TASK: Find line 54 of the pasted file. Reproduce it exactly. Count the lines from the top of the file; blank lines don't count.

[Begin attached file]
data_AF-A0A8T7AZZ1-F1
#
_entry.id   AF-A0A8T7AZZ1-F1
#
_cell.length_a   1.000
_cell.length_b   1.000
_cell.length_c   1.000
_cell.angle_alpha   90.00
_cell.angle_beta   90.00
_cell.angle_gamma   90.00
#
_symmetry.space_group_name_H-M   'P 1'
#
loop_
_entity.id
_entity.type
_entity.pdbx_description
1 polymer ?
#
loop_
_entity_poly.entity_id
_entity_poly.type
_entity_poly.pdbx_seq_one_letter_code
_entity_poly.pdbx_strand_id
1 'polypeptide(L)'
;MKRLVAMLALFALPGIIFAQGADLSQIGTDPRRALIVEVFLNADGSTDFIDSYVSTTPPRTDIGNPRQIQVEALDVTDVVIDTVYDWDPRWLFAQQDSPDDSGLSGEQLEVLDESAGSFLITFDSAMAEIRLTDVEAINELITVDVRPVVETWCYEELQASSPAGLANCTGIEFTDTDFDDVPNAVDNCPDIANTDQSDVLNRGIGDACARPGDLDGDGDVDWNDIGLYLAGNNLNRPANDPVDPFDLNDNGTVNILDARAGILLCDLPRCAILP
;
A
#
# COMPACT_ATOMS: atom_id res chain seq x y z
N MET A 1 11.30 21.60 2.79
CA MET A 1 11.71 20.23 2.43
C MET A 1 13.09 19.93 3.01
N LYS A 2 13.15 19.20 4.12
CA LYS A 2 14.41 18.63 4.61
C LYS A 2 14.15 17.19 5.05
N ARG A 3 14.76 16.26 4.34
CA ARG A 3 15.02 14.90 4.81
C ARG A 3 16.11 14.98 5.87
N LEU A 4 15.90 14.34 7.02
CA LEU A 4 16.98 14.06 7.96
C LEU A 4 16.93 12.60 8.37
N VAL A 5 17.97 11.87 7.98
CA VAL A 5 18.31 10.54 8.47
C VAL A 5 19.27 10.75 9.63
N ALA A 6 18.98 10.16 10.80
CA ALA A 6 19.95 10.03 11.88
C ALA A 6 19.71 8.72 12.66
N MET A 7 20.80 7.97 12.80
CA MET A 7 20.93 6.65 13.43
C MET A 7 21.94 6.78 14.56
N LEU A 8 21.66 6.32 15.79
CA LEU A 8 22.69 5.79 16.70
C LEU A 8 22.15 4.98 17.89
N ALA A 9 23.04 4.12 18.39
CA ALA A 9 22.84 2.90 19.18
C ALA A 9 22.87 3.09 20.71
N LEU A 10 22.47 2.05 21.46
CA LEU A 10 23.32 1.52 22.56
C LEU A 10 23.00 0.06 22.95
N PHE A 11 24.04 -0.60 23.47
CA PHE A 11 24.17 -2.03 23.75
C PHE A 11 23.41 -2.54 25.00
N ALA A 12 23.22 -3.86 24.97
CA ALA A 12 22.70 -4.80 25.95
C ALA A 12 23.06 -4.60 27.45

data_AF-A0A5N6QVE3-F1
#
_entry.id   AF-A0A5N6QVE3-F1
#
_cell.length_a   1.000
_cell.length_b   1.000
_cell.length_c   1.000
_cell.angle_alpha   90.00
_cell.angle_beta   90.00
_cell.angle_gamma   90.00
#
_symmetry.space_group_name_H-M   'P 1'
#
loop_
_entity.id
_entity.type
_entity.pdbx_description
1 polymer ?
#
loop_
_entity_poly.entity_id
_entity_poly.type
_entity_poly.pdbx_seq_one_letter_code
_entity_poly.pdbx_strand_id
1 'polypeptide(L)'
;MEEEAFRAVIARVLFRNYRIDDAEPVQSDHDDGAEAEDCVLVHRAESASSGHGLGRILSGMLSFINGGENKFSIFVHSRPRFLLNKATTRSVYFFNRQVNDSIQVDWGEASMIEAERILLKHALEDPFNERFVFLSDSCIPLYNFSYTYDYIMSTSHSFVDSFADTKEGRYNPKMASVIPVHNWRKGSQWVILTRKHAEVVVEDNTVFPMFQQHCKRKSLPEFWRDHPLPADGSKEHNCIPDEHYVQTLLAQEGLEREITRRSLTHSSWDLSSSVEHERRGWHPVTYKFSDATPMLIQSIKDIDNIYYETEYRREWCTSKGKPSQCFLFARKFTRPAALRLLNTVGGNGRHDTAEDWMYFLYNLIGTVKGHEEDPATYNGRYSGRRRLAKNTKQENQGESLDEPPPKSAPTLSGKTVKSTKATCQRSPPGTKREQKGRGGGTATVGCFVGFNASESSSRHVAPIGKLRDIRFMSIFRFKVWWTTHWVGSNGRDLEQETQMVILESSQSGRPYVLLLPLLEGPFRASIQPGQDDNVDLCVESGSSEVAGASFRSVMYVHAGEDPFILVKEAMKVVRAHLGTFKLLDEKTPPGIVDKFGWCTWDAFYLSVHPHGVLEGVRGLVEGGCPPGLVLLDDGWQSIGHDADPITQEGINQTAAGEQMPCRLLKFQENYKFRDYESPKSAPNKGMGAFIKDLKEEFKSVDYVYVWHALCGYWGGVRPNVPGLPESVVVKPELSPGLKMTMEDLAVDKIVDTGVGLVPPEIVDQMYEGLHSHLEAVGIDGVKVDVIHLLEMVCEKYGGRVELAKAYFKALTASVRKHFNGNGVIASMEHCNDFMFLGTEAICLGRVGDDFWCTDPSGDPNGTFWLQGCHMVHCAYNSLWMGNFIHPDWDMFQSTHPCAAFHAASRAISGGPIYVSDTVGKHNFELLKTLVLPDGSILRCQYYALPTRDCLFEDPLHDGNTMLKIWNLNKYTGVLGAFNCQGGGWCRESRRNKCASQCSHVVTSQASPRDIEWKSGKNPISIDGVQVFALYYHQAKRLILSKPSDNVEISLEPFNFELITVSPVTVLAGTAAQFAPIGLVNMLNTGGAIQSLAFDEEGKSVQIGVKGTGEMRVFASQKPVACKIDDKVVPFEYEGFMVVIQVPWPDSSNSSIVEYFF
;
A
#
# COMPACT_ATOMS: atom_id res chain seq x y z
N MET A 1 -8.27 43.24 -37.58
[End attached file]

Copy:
C LEU A 8 22.15 4.98 17.89